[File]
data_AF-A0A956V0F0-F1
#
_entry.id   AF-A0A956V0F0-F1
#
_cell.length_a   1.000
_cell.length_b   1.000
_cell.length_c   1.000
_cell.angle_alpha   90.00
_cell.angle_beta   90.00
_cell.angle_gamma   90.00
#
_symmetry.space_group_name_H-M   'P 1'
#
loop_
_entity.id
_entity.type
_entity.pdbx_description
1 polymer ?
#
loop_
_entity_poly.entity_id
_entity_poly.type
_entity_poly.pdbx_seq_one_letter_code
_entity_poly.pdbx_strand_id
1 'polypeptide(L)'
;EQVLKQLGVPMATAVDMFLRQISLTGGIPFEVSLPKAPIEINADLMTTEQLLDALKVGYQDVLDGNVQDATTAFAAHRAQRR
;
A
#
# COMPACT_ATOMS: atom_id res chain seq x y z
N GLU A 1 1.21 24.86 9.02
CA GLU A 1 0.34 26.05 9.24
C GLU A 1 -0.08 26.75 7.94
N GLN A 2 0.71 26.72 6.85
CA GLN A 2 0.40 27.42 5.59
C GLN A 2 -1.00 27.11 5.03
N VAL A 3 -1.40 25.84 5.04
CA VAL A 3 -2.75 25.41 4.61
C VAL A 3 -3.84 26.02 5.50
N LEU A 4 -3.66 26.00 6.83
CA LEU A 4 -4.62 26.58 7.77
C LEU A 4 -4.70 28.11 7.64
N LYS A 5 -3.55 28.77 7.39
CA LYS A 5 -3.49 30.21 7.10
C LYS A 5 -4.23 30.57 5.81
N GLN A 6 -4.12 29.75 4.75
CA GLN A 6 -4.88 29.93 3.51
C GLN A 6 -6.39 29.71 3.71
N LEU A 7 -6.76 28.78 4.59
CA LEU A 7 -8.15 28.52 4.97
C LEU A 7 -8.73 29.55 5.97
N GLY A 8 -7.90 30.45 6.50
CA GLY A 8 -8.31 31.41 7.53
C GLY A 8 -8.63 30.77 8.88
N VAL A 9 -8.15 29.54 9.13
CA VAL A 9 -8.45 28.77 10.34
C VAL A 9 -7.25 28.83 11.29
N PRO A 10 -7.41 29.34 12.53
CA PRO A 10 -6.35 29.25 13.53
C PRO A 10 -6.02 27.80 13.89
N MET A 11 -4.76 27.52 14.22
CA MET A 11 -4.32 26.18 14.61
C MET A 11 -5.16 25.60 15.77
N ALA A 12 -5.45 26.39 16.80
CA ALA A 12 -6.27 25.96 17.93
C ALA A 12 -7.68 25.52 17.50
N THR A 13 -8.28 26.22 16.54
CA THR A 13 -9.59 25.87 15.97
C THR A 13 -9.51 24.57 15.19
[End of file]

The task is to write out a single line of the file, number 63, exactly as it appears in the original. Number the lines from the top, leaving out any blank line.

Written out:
C MET A 11 -5.16 25.60 15.77